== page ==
For hair:Keep your hair out of your face. You may want to use a hair product to tame any hair frizz and fly-aways, as frizzy hair may also be hard to edit-away during post-production of the photos.
Posing for a professional portrait
Your outfit, hair and makeup is ready for the shoot — now, you need to prepare a few poses, relax and smile! The trick to capturing an excellent photo is connecting with your photographer, feeling natural and relaxed. If you’re feeling nervous at the beginning of your shoot, feel free to make conversation with your photographer and even walk around your chosen shoot location (see more tips on how to relax during the shoot at the bottom of this article).
If you choose to take the photo yourself, avoid taking selfies and holding out the camera with your hand. Note that on both smartphones and most cameras, you can set up the camera at a distance and utilize a 3-10 second self-timer feature.
Shoulders, face and chin
During your photo shoot, move slowly and sequentially through your series of poses, starting with a straight posture and squared shoulders. Keep steady eye contact with the lens and a soft smile. Begin with your face squarely facing the camera, then slowly tilt your chin slightly down, and slowly to the left and right. Feel free to laugh to give yourself a more natural smile! Placement of hands, sitting and standing poses
Sitting poses are popular for professional headshots, and can vary from sitting in a chair at your office, on a stairwell, or leaning against a fence or ledge. Whether sitting down, standing or leaning against a wall, experiment with what feels comfortable for your hands. Many professionals choose to casually cross their arms in front of their chest, or place their hands lightly on their knees for photos. If you're feeling uncomfortable with the placement of your hands, you may place a hand on your hip.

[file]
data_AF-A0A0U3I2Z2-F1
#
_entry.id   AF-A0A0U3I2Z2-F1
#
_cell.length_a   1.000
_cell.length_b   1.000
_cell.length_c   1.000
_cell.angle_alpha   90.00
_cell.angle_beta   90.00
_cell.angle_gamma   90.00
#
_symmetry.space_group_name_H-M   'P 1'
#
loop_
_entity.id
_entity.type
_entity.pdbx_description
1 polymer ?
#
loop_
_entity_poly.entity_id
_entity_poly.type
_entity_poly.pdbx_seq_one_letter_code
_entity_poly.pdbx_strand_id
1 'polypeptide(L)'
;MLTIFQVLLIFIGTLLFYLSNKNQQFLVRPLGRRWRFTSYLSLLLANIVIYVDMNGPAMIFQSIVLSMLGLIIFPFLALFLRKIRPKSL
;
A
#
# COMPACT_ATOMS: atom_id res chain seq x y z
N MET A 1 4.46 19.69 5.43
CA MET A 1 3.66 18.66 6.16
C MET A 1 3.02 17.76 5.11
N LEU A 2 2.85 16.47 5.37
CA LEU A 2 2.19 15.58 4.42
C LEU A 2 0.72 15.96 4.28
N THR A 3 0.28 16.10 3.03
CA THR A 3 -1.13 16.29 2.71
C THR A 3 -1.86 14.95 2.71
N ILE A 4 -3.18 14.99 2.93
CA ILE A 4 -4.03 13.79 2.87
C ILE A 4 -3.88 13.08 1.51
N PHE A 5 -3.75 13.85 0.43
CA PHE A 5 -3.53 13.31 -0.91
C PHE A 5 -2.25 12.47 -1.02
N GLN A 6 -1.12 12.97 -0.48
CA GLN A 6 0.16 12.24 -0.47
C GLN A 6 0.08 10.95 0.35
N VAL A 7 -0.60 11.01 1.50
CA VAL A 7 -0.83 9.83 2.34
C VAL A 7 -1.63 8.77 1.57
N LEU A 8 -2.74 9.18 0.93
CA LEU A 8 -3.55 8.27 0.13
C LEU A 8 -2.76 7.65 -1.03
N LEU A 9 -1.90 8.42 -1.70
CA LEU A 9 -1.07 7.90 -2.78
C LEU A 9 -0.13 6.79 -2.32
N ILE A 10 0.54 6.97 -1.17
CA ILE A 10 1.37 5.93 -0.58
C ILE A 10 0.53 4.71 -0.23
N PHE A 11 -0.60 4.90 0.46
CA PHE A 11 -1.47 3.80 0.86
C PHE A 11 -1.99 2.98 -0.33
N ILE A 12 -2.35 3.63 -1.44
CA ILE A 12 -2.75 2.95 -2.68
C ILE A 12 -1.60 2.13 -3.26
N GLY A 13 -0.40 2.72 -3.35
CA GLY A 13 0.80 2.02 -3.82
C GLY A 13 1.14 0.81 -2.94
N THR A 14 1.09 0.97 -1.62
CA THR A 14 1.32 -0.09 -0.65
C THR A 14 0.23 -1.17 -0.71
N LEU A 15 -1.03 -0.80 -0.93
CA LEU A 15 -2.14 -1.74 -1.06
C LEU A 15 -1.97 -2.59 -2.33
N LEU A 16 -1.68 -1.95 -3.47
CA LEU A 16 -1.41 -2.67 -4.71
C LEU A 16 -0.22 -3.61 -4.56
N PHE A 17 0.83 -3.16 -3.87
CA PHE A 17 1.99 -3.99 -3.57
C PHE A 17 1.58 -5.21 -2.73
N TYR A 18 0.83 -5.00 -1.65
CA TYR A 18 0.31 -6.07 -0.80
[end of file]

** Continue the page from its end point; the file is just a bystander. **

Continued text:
In general, try to keep your hands visible and avoid putting your hands deep in your pockets or behind your back — it may feel good at the time of the photo shoot, but may not look professional in the final shot.
Tips for relaxing during your professional photo shoot
Most importantly, try to relax and even have fun with the photo shoot. Your energy can shine through your photo!
- Look down or away from the camera for a few seconds, relax your face, then turn back towards the camera, make eye contact with the lens and smile.
- Avoid drinking excessive caffeine 1 hour before the shoot.
- Take a walk before (or even during) your shoot.
- Cross and uncross your arms, then shake out your arms to release any nervous energy and loosen up.
- Don’t forget to breathe. Use circular, even breathing during your shoot, breathing in and out for the same amount of seconds (say, 2-3 seconds for both your inhale and exhale).
Browse photos of your colleagues in the RingMD directory to gain few professional headshot tips and read about common mistakes to avoid during your photo shoot. YouTube is also a great resource to watch tutorials on how to do you hair and makeup for your headshot, or to look up step-by-step guides for setting up proper lighting for your professional portrait if you are looking of how to take a professional headshot at home.